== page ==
In an ideal world we could send the kids out on their own, and trust that the village will share in the common purpose of looking after its young people. Life is not that idyllic any more, not around here anyway. I do not think it makes any sense to ban the "old" kids, or the "too tall" kids from community activities. It makes me sad to think that, at the ripe old age of twelve, a kid is expected to bow out of the fun, and find something else to do... and talk about scary... the unsupervised, bored, and marginalized kid will find something else to do. It makes me sad that a generation of children have heard their community say, "You are twelve, and scary, and we are banning you from participating in your community's celebration of Halloween."

Golly. I am all riled up. I wish I could throw some flour at something, and send the banshees away forever!

"Tootie, if you don't hit Mr. Braukoff in the face with flour and say "I hate you", the Banshee will haunt you forever!"

Wednesday, October 27, 2010

Pumpkin Mission Accomplished

Inspired by a pumpkin past, I challenged Alex and William to re-visit their face carving stylings, but this time with someone we know and love:

Happy Stimpkin Day!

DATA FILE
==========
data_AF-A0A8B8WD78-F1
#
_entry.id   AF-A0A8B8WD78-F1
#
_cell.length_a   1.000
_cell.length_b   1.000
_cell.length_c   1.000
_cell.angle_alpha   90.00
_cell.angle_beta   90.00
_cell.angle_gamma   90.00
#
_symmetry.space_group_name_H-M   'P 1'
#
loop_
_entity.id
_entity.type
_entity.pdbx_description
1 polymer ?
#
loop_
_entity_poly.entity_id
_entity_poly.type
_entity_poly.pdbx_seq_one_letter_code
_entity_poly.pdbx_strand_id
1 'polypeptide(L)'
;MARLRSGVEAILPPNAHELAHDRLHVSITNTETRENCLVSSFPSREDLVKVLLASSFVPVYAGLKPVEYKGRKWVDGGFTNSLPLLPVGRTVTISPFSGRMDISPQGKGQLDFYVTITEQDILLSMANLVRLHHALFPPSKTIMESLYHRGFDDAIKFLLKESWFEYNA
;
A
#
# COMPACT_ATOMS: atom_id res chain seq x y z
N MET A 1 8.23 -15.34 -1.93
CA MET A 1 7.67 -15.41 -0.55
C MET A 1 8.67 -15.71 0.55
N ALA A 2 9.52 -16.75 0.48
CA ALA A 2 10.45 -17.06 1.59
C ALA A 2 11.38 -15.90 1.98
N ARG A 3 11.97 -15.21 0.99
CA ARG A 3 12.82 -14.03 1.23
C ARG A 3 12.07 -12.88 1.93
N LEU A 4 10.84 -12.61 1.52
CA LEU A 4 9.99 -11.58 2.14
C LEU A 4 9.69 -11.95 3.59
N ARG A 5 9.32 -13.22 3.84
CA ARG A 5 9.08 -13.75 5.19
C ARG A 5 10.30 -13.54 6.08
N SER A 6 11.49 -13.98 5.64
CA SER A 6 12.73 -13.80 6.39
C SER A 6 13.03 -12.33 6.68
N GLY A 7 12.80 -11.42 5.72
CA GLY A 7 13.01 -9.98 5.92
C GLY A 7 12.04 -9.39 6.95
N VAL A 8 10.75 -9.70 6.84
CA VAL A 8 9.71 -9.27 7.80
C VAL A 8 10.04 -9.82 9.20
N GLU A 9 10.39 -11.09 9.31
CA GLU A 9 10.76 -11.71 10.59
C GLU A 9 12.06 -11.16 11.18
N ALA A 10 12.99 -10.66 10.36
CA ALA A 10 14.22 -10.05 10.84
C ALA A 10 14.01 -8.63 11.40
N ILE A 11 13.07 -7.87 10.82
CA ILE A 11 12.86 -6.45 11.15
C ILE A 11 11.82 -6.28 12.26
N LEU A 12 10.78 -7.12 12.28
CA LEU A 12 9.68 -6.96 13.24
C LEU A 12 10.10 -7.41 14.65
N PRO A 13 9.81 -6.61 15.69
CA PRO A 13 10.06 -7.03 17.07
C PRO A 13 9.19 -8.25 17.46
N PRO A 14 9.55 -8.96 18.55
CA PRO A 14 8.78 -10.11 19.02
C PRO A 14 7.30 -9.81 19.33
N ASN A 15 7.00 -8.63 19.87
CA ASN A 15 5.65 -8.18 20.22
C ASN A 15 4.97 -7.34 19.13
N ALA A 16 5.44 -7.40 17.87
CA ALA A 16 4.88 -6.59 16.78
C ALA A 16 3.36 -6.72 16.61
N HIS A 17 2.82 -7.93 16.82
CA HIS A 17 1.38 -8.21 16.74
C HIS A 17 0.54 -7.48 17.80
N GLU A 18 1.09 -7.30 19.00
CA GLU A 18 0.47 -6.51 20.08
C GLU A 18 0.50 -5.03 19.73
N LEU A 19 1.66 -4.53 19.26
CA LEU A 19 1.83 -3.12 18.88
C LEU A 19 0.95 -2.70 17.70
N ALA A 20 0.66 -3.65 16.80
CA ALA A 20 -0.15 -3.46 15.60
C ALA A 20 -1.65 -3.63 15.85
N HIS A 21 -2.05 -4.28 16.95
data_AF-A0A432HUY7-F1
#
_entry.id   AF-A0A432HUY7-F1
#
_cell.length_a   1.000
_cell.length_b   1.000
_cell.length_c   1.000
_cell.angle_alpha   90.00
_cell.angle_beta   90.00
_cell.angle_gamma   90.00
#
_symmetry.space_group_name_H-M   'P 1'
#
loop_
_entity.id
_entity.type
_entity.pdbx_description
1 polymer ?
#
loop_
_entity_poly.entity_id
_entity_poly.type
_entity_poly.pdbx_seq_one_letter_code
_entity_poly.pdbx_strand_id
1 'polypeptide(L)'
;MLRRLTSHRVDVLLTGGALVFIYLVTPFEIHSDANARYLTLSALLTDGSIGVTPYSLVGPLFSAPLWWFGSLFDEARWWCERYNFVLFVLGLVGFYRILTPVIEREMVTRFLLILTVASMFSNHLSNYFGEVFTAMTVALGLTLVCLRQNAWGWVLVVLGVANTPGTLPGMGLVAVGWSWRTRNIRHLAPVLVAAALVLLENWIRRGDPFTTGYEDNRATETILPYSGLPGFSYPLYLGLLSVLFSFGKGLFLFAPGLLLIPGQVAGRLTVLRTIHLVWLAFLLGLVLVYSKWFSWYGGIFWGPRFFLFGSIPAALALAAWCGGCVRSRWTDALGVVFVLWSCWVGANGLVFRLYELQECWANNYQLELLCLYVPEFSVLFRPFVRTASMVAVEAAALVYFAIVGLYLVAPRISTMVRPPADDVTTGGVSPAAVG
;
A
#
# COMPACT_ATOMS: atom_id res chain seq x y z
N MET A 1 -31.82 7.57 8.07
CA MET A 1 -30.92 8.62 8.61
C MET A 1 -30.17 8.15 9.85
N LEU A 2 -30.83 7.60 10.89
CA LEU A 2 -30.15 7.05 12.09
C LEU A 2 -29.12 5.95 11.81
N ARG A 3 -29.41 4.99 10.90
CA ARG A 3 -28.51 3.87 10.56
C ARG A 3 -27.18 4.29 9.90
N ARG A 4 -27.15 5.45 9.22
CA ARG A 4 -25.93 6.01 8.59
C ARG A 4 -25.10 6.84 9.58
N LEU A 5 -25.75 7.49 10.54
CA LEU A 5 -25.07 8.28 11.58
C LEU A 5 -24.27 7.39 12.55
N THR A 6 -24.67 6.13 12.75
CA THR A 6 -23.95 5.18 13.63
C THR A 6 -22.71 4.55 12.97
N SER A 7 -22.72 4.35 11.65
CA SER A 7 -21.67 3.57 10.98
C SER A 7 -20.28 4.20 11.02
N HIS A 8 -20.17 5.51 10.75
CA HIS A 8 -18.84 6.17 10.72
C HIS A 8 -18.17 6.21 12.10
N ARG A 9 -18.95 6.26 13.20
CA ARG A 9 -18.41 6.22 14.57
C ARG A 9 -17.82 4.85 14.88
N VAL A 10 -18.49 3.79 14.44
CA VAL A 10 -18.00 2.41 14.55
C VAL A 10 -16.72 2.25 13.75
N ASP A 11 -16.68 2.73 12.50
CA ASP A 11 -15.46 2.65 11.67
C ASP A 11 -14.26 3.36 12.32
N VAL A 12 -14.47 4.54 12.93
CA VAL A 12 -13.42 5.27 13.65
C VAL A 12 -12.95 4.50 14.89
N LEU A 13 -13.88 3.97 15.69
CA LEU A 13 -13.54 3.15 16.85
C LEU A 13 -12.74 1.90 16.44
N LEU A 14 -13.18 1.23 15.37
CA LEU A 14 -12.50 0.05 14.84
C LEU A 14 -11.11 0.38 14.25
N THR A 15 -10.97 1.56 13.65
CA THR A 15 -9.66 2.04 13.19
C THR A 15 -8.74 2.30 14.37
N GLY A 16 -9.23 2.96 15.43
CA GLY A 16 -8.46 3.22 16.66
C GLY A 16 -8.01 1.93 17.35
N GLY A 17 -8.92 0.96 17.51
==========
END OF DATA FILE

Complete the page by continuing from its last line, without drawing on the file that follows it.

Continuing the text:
Here he is, when he is not a pumpkin, but a dedicated and inspiring physics, and history teacher, and most honorable Paradox coach and mentor. That's right: I threw in a Robotics plug!

Team Paradox is full of good people, exceptional teachers and mentors, and I thought for sure I would find a post specifically about some of them, like George S… evidently I made George S. and robotics synonymous, which is appropriate, but he deserves to be singled out. Like I have said before: This man is FIRST. He teaches it, lives it, exudes it, and his students love him for it.

And it is the team's great fortune that there is more than one dedicated and awesome teacher looking out for robotics and the Paradox. Jason B., I have just the picture of you that would make a pumpkin glow!

Making a pumpkin in to a favorite teacher takes planning, daring, humor, and a team effort. Gee, robotics really does prepare us for all of life, you know?

Step One: Find a good pumpkin. Sound, steady, dignified. It should already exude those qualities you plan to accentuate from your subject.

Step Two: Someone has to get in there and clean things out.

In deference to the beret, a signature accessory of Mr. S., I cut the top in a beret-like shape. Trust me, all of this is thoughtfully designed.

Maria, resident Mini-Paradox, was more than happy to help with the scooping.

Now comes the pattern. This picture came from the last all-nighter of the 2009-2010 build season, when the robot had to be finished and crated before 8 am. Mr S. looks to be in good spirits, right? Good spirits is a specialty of 2102 Team Paradox.

Step Three: William played with the original photograph, converting it to black and white, then he used the threshold tool in Photoshop to contrast and highlight Mr. S.'s features.

Step Four: Transferring the image onto the pumpkin.

Someone wished to remain anonymous for as long as possible. Shy. This actually provided some hilarious moments, when we realized how much trouble we could get in if any of our intentions were misinterpreted.

This part is important and time consuming, and also causes hand cramps...

which is why it is so nice to have two or three people working on it.